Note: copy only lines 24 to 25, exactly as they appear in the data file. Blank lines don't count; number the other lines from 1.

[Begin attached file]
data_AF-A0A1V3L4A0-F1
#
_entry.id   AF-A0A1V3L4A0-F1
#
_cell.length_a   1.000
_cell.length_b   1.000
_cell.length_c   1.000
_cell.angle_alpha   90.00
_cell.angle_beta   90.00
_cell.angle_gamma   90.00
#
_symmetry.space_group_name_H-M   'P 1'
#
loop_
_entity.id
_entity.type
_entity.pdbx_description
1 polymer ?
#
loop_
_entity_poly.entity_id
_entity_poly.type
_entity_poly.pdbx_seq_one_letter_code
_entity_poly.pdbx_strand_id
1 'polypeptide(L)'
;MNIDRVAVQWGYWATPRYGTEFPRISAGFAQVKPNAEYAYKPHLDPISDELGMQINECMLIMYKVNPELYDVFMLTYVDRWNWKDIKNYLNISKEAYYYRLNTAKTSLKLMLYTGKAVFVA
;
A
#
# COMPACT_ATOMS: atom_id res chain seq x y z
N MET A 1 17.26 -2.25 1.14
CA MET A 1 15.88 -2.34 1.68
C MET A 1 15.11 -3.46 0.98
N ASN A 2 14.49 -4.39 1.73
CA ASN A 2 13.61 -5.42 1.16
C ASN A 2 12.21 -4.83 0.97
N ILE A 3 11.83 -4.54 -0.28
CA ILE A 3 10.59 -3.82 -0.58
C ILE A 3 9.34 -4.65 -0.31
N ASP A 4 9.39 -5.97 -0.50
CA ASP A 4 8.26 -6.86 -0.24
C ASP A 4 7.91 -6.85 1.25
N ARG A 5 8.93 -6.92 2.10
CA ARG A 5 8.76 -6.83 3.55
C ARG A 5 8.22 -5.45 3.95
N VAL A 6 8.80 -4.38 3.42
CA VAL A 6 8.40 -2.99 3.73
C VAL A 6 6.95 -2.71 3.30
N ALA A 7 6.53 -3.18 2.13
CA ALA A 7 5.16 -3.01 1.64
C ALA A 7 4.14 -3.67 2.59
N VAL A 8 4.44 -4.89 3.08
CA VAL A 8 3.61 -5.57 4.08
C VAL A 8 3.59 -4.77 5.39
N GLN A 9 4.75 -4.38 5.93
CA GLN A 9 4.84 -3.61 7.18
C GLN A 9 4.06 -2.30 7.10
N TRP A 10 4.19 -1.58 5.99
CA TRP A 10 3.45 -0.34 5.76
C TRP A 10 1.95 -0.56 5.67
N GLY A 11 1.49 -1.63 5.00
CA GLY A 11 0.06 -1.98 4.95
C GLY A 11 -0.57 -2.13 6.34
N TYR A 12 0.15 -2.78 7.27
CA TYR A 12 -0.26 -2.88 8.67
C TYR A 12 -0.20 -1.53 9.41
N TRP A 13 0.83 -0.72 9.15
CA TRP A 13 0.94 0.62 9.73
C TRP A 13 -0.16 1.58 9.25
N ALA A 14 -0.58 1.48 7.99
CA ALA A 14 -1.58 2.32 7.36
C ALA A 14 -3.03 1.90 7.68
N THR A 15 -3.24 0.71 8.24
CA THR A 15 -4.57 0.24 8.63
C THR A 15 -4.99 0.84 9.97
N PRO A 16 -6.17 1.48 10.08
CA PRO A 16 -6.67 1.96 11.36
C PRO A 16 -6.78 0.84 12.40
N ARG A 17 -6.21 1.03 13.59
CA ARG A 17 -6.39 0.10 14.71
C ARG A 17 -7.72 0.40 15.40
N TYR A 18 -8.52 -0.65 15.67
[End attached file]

_entity_poly.pdbx_strand_id
1 'polypeptide(L)'